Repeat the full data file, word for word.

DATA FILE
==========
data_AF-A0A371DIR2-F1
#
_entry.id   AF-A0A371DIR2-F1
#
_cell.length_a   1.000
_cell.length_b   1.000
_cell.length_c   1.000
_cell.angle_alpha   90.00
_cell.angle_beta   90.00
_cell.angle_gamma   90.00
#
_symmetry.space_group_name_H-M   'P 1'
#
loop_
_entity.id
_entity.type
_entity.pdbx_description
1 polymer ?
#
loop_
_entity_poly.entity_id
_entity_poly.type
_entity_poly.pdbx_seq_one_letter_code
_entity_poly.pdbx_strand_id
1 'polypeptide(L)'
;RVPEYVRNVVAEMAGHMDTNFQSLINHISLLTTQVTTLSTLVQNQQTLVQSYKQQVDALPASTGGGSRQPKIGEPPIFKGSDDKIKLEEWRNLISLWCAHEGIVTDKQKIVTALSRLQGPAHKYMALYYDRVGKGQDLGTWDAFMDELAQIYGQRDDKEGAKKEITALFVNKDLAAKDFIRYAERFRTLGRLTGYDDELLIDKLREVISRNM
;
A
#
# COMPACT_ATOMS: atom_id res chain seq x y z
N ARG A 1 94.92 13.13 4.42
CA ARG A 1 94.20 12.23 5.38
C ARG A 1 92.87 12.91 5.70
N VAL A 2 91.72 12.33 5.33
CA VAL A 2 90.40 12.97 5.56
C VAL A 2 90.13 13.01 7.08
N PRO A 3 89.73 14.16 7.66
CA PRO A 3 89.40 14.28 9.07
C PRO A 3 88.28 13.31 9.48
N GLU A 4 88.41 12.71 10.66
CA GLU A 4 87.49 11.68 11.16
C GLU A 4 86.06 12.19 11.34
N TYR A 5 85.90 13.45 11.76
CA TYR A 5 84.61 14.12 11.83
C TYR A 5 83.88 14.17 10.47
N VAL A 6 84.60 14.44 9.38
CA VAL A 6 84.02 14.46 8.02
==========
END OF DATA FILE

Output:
data_AF-A0A371DIR2-F1
#
_entry.id   AF-A0A371DIR2-F1
#
_cell.length_a   1.000
_cell.length_b   1.000
_cell.length_c   1.000
_cell.angle_alpha   90.00
_cell.angle_beta   90.00
_cell.angle_gamma   90.00
#
_symmetry.space_group_name_H-M   'P 1'
#
loop_
_entity.id
_entity.type
_entity.pdbx_description
1 polymer ?
#
loop_
_entity_poly.entity_id
_entity_poly.type
_entity_poly.pdbx_seq_one_letter_code
_entity_poly.pdbx_strand_id
1 'polypeptide(L)'
;RVPEYVRNVVAEMAGHMDTNFQSLINHISLLTTQVTTLSTLVQNQQTLVQSYKQQVDALPASTGGGSRQPKIGEPPIFKGSDDKIKLEEWRNLISLWCAHEGIVTDKQKIVTALSRLQGPAHKYMALYYDRVGKGQDLGTWDAFMDELAQIYGQRDDKEGAKKEITALFVNKDLAAKDFIRYAERFRTLGRLTGYDDELLIDKLREVISRNM
;
A
#
# COMPACT_ATOMS: atom_id res chain seq x y z
N ARG A 1 94.92 13.13 4.42
CA ARG A 1 94.20 12.23 5.38
C ARG A 1 92.87 12.91 5.70
N VAL A 2 91.72 12.33 5.33
CA VAL A 2 90.40 12.97 5.56
C VAL A 2 90.13 13.01 7.08
N PRO A 3 89.73 14.16 7.66
CA PRO A 3 89.40 14.28 9.07
C PRO A 3 88.28 13.31 9.48
N GLU A 4 88.41 12.71 10.66
CA GLU A 4 87.49 11.68 11.16
C GLU A 4 86.06 12.19 11.34
N TYR A 5 85.90 13.45 11.76
CA TYR A 5 84.61 14.12 11.83
C TYR A 5 83.88 14.17 10.47
N VAL A 6 84.60 14.44 9.38
CA VAL A 6 84.02 14.46 8.02